It has been well known from before that Russia has played a spoiler on enchancing SCO. In fact I would argue that in comparison to Russia, India's actions have been quite mild

Initially, Russia disagreed with many initiatives or projects, such as the SCO Bank and the China-Kyrgyzstan-Uzbekistan Railway, which were delayed or "killed". Regarding the SCO Bank, Russia once thought that it had already taken the lead in establishing the Eurasian Bank, so there was no need to build a similar financial institution, and the SCO could put its business in the Eurasian Bank; as for the China-Kyrgyzstan-Uzbekistan Railway, on the one hand, it involved Russia's traditional "sphere of influence", and on the other hand, it might cause some competition in logistics and transportation, so Russia was reluctant to give in.

India may have vetoed some new members from joining, but in practical down-on-the-ground issues, Russia has been a far bigger spoiler. It has started to change recently, and that's only because of the Ukraine War. If not for that, Russia would have still kept on blocking important projects clinging on its imperialistic hold on Central Asian countries as being it's vassals/sphere-of-influence
 

coolgod

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It has been well known from before that Russia has played a spoiler on enchancing SCO. In fact I would argue that in comparison to Russia, India's actions have been quite mild



India may have vetoed some new members from joining, but in practical down-on-the-ground issues, Russia has been a far bigger spoiler. It has started to change recently, and that's only because of the Ukraine War. If not for that, Russia would have still kept on blocking important projects
Debatable since India actively sponsors terrorism in the region. Pan Guang alluded to it when he mentioned the bombings on China-Pakistan Economic Corridor and the need for private security companies. But ultimately Russia is to blame since they dragged India into SCO.
 

Minm

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The SCO is an organisation without many institutions. It doesn't do much, it mostly provides a forum for members to talk and grow closer to each other. Regular human contact is surprisingly important for national leaders to remain friendly.

Projects like an international railway can't be spoiled by other members, they can be done under the BRI label if the partner countries wish. If Russia uses its influence in Kyrgyzstan to stop a railway, that's not an SCO problem, it's a Russia problem

It would be great if the SCO adds some EU like institutions, but what exactly should those do? The BRICS and BRI are already used for economic engagement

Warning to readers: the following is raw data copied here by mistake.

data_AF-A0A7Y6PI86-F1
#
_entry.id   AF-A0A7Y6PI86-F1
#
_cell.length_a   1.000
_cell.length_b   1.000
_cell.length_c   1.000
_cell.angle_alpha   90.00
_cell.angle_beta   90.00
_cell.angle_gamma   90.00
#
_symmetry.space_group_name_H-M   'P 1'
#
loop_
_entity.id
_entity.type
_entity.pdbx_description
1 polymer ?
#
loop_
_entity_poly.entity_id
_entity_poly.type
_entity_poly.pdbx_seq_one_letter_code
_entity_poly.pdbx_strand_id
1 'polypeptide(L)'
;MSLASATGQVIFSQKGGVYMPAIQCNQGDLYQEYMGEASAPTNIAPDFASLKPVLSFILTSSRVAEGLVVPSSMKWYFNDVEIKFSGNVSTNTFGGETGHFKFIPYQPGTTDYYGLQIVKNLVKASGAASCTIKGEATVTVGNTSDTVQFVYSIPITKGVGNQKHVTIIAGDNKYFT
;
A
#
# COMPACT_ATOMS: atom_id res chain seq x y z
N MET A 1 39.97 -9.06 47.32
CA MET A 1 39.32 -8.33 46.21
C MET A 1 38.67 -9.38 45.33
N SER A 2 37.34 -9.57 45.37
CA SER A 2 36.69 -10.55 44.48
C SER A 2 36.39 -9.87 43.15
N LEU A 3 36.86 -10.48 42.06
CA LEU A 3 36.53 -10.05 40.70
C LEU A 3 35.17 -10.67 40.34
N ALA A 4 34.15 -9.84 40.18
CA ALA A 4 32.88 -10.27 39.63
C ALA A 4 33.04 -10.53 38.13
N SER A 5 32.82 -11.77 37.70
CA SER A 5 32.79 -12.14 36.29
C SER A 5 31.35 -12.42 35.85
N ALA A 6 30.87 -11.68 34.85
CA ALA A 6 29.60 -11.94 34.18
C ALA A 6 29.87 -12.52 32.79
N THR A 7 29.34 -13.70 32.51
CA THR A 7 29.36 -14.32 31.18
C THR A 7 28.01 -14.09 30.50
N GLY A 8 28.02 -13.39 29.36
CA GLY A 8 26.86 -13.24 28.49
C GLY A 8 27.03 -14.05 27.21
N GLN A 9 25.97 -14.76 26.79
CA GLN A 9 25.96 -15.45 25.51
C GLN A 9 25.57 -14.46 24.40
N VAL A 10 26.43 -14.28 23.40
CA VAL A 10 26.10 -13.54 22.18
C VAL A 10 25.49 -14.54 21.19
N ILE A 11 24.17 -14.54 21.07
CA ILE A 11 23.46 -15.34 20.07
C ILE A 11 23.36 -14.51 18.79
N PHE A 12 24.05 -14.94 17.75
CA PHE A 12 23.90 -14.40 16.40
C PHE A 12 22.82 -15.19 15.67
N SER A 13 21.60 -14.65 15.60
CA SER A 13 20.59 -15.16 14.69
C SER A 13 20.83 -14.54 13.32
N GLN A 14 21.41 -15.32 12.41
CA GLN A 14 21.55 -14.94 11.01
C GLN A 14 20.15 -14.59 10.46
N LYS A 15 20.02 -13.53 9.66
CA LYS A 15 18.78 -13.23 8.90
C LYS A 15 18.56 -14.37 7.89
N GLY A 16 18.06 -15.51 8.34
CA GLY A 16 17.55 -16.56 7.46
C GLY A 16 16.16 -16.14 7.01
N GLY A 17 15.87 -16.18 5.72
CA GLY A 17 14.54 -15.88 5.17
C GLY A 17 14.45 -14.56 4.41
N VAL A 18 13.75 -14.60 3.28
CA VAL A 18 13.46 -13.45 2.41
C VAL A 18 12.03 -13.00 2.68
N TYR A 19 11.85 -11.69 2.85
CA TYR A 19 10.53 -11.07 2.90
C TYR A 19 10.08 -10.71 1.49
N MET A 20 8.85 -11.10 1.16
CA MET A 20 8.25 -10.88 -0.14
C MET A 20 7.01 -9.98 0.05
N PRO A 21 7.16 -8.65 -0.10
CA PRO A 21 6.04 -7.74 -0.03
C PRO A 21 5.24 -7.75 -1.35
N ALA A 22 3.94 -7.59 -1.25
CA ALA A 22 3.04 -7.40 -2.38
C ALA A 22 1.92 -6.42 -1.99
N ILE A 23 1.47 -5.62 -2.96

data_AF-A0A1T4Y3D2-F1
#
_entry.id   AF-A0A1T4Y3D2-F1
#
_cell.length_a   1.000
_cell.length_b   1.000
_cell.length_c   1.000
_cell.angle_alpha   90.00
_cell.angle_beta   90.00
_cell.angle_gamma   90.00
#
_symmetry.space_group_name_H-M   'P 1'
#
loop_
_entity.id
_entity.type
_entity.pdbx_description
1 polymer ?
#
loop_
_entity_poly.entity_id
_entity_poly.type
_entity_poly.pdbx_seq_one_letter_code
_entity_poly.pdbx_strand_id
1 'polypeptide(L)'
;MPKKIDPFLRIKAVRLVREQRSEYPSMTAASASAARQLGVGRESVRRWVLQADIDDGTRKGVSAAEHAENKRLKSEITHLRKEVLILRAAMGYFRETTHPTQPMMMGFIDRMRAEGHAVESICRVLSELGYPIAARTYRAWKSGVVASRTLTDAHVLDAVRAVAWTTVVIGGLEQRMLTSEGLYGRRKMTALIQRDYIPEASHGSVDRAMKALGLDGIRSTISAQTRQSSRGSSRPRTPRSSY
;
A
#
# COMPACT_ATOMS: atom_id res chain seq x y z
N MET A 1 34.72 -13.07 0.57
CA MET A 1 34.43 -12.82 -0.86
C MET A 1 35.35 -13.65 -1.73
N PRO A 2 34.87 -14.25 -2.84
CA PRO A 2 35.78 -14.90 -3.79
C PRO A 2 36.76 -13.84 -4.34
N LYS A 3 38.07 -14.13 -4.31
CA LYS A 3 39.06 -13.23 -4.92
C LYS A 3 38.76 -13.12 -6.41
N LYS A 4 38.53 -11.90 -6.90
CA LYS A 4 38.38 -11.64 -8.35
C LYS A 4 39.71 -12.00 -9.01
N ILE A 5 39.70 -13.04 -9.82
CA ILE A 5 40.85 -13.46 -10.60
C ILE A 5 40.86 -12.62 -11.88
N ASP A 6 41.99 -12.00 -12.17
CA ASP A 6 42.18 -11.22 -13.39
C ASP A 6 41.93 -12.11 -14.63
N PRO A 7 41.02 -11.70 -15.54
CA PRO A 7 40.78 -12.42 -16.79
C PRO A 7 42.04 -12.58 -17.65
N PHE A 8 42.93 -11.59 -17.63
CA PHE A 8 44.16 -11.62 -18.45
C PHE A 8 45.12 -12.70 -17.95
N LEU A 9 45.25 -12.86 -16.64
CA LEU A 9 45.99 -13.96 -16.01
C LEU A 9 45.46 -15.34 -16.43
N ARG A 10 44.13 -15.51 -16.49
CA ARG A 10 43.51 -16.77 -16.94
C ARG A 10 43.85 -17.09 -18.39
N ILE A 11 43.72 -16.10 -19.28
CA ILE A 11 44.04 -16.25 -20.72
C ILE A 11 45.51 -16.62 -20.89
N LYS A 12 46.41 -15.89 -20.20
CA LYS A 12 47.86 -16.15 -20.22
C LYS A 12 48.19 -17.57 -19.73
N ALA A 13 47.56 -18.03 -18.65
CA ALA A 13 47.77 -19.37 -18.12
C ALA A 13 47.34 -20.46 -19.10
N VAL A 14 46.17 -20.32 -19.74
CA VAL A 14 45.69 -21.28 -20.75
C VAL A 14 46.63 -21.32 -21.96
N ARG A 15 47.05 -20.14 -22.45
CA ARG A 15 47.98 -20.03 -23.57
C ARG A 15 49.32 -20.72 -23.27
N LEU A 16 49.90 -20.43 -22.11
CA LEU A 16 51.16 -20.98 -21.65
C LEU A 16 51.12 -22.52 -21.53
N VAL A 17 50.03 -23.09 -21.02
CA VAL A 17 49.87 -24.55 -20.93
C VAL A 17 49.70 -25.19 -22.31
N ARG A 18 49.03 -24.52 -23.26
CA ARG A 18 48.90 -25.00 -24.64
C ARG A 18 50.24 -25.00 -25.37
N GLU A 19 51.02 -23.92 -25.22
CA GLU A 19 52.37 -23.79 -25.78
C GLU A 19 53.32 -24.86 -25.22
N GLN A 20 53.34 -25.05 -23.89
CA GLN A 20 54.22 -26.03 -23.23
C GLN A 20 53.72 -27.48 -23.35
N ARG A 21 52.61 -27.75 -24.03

gelgoog

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SCO was originally designed as a defensive anti terrorist organization.
They should continue promoting policies which guarantee self-defense, security, and so on.
For example they could promote the passing of laws against foreign agents, border control, and the like.
It was not meant as a de facto defensive alliance, although I think it is possible one might emerge from among its members in the future.
 

Index

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I'm sure he is much authoritative on SCO matters than all of us.




SCO hasn't really expanded much since India joined, only Iran and Belarus joined after. India wouldn't veto those two countries since one is Russia's major ally and the other is a neighbour India is trying to get on good terms with. India would definitely veto China's major ally joining SCO though, e.g., Cambodia.
Why wouldn't India, which is actively opposing Russia internationally, not veto Belarus from joining? Also maybe they want better relations with Iran, but Iran is nearly fully propped up by China and carries out China's wetwork in the middle east in the campaign to drive out US.

If India doesn't spoil the Russia/Iran stuff, then what even IS India spoiling?? There's nothing else of importance going on in SCO.
Consensus by definition means every member has a veto. It is stated in the SCO charter itself that motions require full consensus amongst all members to pass.
It can also mean that a member has freedom to abstain from being affected by the motion. Which fits a lot more with what we've seen the SCO do.